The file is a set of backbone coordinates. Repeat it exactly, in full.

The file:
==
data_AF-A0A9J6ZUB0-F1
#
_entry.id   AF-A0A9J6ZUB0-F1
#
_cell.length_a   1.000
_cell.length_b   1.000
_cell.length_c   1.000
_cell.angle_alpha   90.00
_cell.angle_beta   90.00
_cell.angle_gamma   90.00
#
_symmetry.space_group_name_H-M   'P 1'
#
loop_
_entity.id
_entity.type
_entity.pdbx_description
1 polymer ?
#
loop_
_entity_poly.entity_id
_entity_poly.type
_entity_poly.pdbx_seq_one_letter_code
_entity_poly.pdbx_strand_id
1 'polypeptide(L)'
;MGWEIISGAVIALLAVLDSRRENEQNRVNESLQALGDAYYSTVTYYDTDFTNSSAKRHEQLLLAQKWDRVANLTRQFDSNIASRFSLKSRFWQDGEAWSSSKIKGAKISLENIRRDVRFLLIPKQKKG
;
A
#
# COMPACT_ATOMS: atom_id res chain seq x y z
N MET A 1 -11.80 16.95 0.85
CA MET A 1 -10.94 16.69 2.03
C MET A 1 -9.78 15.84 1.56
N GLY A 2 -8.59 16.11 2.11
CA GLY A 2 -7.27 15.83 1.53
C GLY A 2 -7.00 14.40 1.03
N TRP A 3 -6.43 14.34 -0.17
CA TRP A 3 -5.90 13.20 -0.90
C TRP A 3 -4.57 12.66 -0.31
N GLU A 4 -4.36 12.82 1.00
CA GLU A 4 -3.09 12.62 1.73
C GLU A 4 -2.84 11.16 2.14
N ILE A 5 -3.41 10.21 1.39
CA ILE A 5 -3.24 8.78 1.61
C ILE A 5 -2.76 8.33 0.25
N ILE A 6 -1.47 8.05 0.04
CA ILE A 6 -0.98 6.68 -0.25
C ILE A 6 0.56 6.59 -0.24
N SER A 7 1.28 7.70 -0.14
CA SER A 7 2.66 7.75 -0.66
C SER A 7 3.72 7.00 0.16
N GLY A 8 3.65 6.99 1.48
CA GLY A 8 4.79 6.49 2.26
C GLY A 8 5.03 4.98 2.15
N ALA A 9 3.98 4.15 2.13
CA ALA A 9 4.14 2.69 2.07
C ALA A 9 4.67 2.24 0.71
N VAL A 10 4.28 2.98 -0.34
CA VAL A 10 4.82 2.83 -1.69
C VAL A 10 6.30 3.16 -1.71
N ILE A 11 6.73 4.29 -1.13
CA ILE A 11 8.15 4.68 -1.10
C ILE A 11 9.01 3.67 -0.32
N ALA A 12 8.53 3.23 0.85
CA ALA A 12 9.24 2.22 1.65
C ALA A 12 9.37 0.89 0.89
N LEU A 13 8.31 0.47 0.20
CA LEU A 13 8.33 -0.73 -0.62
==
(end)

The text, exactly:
data_AF-A0A9J6ZUB0-F1
#
_entry.id   AF-A0A9J6ZUB0-F1
#
_cell.length_a   1.000
_cell.length_b   1.000
_cell.length_c   1.000
_cell.angle_alpha   90.00
_cell.angle_beta   90.00
_cell.angle_gamma   90.00
#
_symmetry.space_group_name_H-M   'P 1'
#
loop_
_entity.id
_entity.type
_entity.pdbx_description
1 polymer ?
#
loop_
_entity_poly.entity_id
_entity_poly.type
_entity_poly.pdbx_seq_one_letter_code
_entity_poly.pdbx_strand_id
1 'polypeptide(L)'
;MGWEIISGAVIALLAVLDSRRENEQNRVNESLQALGDAYYSTVTYYDTDFTNSSAKRHEQLLLAQKWDRVANLTRQFDSNIASRFSLKSRFWQDGEAWSSSKIKGAKISLENIRRDVRFLLIPKQKKG
;
A
#
# COMPACT_ATOMS: atom_id res chain seq x y z
N MET A 1 -11.80 16.95 0.85
CA MET A 1 -10.94 16.69 2.03
C MET A 1 -9.78 15.84 1.56
N GLY A 2 -8.59 16.11 2.11
CA GLY A 2 -7.27 15.83 1.53
C GLY A 2 -7.00 14.40 1.03
N TRP A 3 -6.43 14.34 -0.17
CA TRP A 3 -5.90 13.20 -0.90
C TRP A 3 -4.57 12.66 -0.31
N GLU A 4 -4.36 12.82 1.00
CA GLU A 4 -3.09 12.62 1.73
C GLU A 4 -2.84 11.16 2.14
N ILE A 5 -3.41 10.21 1.39
CA ILE A 5 -3.24 8.78 1.61
C ILE A 5 -2.76 8.33 0.25
N ILE A 6 -1.47 8.05 0.04
CA ILE A 6 -0.98 6.68 -0.25
C ILE A 6 0.56 6.59 -0.24
N SER A 7 1.28 7.70 -0.14
CA SER A 7 2.66 7.75 -0.66
C SER A 7 3.72 7.00 0.16
N GLY A 8 3.65 6.99 1.48
CA GLY A 8 4.79 6.49 2.26
C GLY A 8 5.03 4.98 2.15
N ALA A 9 3.98 4.15 2.13
CA ALA A 9 4.14 2.69 2.07
C ALA A 9 4.67 2.24 0.71
N VAL A 10 4.28 2.98 -0.34
CA VAL A 10 4.82 2.83 -1.69
C VAL A 10 6.30 3.16 -1.71
N ILE A 11 6.73 4.29 -1.13
CA ILE A 11 8.15 4.68 -1.10
C ILE A 11 9.01 3.67 -0.32
N ALA A 12 8.53 3.23 0.85
CA ALA A 12 9.24 2.22 1.65
C ALA A 12 9.37 0.89 0.89
N LEU A 13 8.31 0.47 0.20
CA LEU A 13 8.33 -0.73 -0.62